The Budget has a slew of steps for the financial sector, including listing on the stock exchanges of Life Insurance Corporation (LIC). And, a fivefold increase in insurance cover for bank depositors, to Rs 500,000 each.
The finance minister said the government now proposed to sell part of its 100 per cent holding in LIC, via Initial Public Offer. The overall disinvestment target that was specified would essentially come from this listing of LIC and stake sale in IDBI Bank, said Rajiv Kumar, finance secretary, at a post-speech press conference. There are three listed life insurance companies — HDFC Life, SBI Life and ICICI Prudential Life Insurance — and three listed non-life insurance entities.
Kajal Gandhi, analyst at ICICI Direct, said being a state-owned entity, LIC is likely to see a valuation gap versus private players. At even 25-30 per cent of its assets under management, the company could be valued at Rs 8-10 trillion. Even a 10 per cent dilution will be difficult for the market to absorb in one go and the government might do this in stages.
The larger question is whether the government would continue with the sovereign guarantee which comes with full ownership. If it does, there would be questions on corporate governance. And, with listing, the government cannot fund various organisations like they have done so far with LIC, notes corporate lawyer Ashvin Parekh. “This (listing) is being talked about since 2005. The government was then concerned because LIC had issued a lot of guaranteed return products and there were doubts about its solvency. At that point, LIC had capital of Rs 5 crore and the government clarified that all the liabilities of the products issued by LIC had a sovereign guarantee. As of now, LIC has capital of Rs 200 crore,” Parekh said.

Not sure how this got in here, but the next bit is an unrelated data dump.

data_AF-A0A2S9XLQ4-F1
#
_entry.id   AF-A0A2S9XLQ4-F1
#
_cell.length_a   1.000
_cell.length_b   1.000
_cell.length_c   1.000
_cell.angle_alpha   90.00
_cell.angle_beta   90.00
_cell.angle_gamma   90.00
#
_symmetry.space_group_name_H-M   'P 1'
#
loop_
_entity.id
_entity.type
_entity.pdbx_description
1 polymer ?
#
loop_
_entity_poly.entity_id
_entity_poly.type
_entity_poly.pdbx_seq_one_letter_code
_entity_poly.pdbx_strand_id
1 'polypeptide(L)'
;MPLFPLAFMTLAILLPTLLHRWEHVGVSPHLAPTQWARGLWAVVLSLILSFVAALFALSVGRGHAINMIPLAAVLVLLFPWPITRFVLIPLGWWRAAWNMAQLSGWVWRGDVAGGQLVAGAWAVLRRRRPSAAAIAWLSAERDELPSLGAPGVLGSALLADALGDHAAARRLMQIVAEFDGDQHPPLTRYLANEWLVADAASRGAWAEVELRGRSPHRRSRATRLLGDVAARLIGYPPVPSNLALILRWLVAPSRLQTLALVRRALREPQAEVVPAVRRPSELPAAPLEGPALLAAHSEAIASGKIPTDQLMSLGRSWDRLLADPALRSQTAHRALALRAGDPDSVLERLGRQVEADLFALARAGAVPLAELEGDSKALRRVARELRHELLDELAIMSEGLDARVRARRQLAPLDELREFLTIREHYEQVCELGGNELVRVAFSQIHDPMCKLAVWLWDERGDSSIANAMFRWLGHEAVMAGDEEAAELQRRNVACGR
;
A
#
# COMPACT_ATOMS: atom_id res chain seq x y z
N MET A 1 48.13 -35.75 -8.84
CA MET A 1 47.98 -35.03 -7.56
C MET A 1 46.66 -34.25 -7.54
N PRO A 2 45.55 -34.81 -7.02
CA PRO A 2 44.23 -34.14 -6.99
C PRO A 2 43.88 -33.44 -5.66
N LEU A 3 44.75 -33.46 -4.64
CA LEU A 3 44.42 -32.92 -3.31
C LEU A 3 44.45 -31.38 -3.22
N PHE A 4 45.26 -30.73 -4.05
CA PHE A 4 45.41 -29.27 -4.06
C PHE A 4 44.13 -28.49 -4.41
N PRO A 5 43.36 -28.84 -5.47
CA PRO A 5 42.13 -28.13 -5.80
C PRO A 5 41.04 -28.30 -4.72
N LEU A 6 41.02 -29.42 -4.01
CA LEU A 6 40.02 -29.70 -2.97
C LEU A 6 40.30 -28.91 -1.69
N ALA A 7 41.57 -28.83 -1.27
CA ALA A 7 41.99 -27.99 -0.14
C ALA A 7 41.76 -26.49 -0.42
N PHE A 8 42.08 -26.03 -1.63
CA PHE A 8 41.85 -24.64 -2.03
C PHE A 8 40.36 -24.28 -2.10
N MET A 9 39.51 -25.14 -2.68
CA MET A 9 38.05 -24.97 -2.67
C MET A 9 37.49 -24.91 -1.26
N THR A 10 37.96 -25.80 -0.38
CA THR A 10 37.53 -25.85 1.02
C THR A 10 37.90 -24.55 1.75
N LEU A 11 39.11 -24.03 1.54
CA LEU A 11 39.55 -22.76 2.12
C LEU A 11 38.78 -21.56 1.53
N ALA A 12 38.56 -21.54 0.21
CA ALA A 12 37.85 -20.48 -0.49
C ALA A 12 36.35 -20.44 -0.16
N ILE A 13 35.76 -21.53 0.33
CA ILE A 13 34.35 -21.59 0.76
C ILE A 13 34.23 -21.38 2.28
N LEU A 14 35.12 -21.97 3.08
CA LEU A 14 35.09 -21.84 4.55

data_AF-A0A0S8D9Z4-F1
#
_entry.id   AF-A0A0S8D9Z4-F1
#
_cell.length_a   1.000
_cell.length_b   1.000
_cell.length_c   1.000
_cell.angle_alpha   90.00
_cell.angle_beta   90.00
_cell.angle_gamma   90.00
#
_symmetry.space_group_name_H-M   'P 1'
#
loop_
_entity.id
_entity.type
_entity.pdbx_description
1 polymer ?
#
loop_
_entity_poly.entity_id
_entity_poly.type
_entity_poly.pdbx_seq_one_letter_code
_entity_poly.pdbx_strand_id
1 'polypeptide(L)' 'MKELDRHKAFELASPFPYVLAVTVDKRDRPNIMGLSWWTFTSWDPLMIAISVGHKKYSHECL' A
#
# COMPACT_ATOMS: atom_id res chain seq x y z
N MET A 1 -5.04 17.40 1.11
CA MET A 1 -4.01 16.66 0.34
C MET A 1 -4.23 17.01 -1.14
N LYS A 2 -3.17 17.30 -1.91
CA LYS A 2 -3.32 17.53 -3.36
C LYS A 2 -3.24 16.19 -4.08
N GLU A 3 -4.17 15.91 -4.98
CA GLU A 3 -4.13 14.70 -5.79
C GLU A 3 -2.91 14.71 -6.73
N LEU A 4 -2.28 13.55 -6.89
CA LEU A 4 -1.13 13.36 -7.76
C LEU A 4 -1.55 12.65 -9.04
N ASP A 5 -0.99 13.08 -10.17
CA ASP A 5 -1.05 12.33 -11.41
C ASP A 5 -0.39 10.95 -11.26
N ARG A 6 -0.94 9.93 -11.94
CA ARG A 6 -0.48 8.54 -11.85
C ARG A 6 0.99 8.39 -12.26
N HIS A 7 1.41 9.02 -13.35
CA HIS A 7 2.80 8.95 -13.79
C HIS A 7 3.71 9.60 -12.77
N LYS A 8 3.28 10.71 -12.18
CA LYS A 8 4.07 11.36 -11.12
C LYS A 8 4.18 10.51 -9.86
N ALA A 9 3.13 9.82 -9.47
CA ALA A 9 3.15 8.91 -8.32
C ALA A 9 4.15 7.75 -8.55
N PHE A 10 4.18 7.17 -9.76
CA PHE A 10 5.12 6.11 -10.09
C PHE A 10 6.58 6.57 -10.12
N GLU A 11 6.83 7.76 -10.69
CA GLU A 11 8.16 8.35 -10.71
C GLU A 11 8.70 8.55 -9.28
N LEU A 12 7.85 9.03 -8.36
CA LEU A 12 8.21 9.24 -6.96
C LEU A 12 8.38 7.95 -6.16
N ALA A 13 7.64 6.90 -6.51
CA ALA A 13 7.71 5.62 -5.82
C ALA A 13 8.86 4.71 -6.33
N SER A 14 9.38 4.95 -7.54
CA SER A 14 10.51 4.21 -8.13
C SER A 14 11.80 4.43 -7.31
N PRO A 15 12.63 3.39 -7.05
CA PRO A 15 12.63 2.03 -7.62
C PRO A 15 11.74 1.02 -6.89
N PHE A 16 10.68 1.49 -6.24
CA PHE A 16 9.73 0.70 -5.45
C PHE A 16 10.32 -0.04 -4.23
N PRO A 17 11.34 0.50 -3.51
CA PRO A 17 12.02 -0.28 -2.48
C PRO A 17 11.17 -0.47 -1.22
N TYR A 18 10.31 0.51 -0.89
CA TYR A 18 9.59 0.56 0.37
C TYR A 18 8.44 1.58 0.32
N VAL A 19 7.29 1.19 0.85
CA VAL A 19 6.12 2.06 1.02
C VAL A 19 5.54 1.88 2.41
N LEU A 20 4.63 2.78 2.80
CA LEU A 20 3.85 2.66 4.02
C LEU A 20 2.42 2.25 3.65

The government will also infuse Rs 6,950 crore for recapitalisation of the insurance companies it owns, to meet regulatory requirements. It has begun to consolidate the three state-owned non-life insurance companies and later list this consolidated entity. On bank recapitalisation, the minister noted what had been done over recent years to strengthen the system; there is a need now for more private capital, she said. Accordingly, it is proposed to sell the balance holding of the government in IDBI Bank to private, retail and institutional investors. Though there is no specific outlay for capital infusion in public sector banks, support would be extended if required, she added. To address liquidity constraints at non-banking finance companies (NBFCs) and housing finance companies, a mechanism will be devised, by guaranteeing securities floated for this purpose. After the previous Union Budget, it had formulated a partial credit guarantee scheme for NBFCs. The limit for NBFCs to be eligible for debt recovery under the SARFAESI Act of 2002 is proposed to be reduced from Rs 500 crore to asset size of Rs 100 crore or the loan size from the existing Rs 1 crore to Rs 5 million.
To strengthen cooperative banks, changes are proposed to the Banking Regulation Act, for more professionalism, enabling access to capital and improving governance and oversight.